I think that many of us are occasionally presented with, for lack of a better phrase, young-child requirements. The end user really, very badly wants a certain specific look and feel, or a very specific sorting structure or a to cut out one click or menu option to ease navigation or [insert passionately held belief that happens to be wrong]. As SharePoint pro’s, we can generally meet almost any kind of requirement with the platform, but for some of them, we know in our hearts that:
- They are going to take a disproportionate amount of time to implement (and therefore cost more)
- They are going to be highly custom and therefore difficult to maintain and troubleshoot
- There is is some easy SharePoint approach that meets 80% or more of the requirement (i.e. meets the sprit of the requirement, but not the letter of the requirement)
Bottom line, we know that the “requirement” is really just a nice to have or even legitimate in some sense, but something that people should live with rather than spend a lot of time trying to “solve.”
I think of these as “young child” requirements because I’ve seen this pattern many times before. Kids will pine away and nag you for some new toy for weeks at a time. You get them the toy, they play with it for a few hours or days and then put it down, never to pick it up ever again. Or, you don’t get the toy, the nagging stops and the kid moves on to become President of the free world. I’ve seen this happen in SharePoint projects. Decision makers either get what they want and it becomes an unused or underused function or they don’t get what they want and the project still succeeds anyway.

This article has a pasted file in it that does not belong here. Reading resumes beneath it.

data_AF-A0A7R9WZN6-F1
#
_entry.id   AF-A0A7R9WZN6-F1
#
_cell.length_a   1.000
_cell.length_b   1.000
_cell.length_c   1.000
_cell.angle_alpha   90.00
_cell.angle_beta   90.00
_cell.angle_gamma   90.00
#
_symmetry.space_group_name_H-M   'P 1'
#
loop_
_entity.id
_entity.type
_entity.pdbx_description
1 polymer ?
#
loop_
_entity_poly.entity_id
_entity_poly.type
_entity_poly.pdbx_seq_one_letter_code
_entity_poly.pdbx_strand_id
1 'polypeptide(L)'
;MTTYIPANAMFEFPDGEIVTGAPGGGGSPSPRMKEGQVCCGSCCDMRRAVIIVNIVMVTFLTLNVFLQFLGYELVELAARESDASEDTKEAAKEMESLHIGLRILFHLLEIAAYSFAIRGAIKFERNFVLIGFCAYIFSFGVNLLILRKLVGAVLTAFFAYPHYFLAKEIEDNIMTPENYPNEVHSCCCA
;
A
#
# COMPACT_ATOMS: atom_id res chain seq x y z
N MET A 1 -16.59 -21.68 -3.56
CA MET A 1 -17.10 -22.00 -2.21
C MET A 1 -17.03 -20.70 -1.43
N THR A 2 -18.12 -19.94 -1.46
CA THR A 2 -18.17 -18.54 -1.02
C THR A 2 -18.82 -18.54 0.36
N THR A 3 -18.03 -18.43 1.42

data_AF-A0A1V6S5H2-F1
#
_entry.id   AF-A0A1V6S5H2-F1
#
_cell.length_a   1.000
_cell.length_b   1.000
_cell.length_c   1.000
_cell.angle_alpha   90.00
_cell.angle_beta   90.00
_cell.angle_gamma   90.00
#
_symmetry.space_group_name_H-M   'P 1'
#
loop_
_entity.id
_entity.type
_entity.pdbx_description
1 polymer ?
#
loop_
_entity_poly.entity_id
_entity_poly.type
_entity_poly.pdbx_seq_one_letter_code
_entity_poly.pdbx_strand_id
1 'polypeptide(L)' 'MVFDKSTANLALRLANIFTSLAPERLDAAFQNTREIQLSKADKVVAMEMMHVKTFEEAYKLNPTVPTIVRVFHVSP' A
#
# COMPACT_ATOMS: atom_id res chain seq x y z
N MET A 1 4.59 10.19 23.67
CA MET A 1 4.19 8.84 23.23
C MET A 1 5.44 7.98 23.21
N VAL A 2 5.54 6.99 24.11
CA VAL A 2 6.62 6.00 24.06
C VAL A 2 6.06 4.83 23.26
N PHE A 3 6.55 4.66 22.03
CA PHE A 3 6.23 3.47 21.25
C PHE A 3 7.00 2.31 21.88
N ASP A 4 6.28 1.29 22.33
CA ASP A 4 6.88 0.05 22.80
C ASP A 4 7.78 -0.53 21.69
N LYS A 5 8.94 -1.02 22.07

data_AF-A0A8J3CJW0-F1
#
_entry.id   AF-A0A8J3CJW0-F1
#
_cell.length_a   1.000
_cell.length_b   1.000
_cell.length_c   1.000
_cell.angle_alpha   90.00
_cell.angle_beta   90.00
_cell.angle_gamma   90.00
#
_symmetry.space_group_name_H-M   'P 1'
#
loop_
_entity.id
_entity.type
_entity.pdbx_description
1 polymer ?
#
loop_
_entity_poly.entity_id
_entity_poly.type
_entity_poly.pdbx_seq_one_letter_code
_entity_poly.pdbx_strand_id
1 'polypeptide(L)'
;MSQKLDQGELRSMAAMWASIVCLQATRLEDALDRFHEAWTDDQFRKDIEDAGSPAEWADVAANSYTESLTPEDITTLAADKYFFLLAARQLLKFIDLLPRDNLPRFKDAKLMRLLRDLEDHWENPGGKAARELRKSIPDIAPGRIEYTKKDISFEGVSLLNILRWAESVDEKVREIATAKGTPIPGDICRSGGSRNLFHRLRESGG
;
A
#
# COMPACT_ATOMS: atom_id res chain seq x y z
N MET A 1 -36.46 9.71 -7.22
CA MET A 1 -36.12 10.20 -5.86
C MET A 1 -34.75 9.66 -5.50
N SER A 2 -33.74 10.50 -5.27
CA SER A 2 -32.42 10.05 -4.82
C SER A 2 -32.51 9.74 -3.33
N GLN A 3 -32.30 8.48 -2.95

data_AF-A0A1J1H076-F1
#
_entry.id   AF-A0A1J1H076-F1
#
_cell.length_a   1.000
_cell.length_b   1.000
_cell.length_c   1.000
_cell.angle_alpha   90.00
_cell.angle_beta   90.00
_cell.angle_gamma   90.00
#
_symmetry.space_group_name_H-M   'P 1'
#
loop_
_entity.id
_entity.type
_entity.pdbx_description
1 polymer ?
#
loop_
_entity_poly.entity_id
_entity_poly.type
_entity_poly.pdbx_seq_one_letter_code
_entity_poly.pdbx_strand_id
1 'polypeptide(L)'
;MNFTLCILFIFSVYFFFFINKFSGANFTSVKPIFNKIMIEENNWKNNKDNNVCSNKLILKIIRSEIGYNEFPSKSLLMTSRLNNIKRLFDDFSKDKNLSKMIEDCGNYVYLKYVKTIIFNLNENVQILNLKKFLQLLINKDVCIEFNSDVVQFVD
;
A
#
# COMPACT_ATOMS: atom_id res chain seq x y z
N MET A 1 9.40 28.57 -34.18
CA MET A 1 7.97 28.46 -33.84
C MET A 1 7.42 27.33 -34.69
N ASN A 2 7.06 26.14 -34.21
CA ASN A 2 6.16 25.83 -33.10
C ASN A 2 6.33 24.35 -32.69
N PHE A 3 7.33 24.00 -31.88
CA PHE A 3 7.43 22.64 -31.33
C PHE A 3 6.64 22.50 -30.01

I was reminded of that today in a forum post and I liked how Clayton Cobb tried to get the forum poster to push back on one of these kinds of requirements: http://social.msdn.microsoft.com/Forums/en-US/sharepointinfopath/thread/af8a1941-92ad-4f1a-b1bf-875e28ea79b7/
I’m really curious how people view this topic and how you deal with it. Am I missing the point? Do you have strategies to steer decisions makers away from overinvesting in trivial requirements? Please leave a comment.
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